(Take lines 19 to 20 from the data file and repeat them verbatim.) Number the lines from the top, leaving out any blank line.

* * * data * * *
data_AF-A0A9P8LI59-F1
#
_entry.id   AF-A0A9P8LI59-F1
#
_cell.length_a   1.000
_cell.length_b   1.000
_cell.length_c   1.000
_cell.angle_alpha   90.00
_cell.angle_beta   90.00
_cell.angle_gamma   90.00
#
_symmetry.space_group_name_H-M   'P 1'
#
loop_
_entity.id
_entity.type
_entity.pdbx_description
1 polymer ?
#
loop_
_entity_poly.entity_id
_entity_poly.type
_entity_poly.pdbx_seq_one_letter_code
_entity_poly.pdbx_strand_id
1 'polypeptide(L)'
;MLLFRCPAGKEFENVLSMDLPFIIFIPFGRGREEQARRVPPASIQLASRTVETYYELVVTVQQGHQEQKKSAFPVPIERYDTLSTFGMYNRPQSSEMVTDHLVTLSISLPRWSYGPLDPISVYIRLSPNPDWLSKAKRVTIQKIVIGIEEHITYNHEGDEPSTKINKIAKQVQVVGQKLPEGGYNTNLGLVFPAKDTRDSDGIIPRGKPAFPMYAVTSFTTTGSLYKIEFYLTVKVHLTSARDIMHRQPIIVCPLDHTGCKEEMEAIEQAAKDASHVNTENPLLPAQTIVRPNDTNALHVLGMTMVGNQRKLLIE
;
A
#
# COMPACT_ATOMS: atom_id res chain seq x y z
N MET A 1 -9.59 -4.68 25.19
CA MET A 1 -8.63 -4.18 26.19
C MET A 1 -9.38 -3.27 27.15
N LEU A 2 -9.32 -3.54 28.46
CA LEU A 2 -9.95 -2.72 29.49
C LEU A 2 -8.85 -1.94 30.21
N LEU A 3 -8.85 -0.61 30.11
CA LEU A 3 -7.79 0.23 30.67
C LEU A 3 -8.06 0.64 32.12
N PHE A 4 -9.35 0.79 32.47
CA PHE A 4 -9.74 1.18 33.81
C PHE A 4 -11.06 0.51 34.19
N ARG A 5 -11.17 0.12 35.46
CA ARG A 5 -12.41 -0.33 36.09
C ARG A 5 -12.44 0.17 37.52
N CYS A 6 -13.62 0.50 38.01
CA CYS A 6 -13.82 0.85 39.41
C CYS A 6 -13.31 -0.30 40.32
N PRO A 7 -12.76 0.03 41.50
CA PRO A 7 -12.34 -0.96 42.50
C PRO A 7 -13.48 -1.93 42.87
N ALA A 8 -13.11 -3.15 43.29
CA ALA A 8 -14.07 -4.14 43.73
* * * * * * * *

#
loop_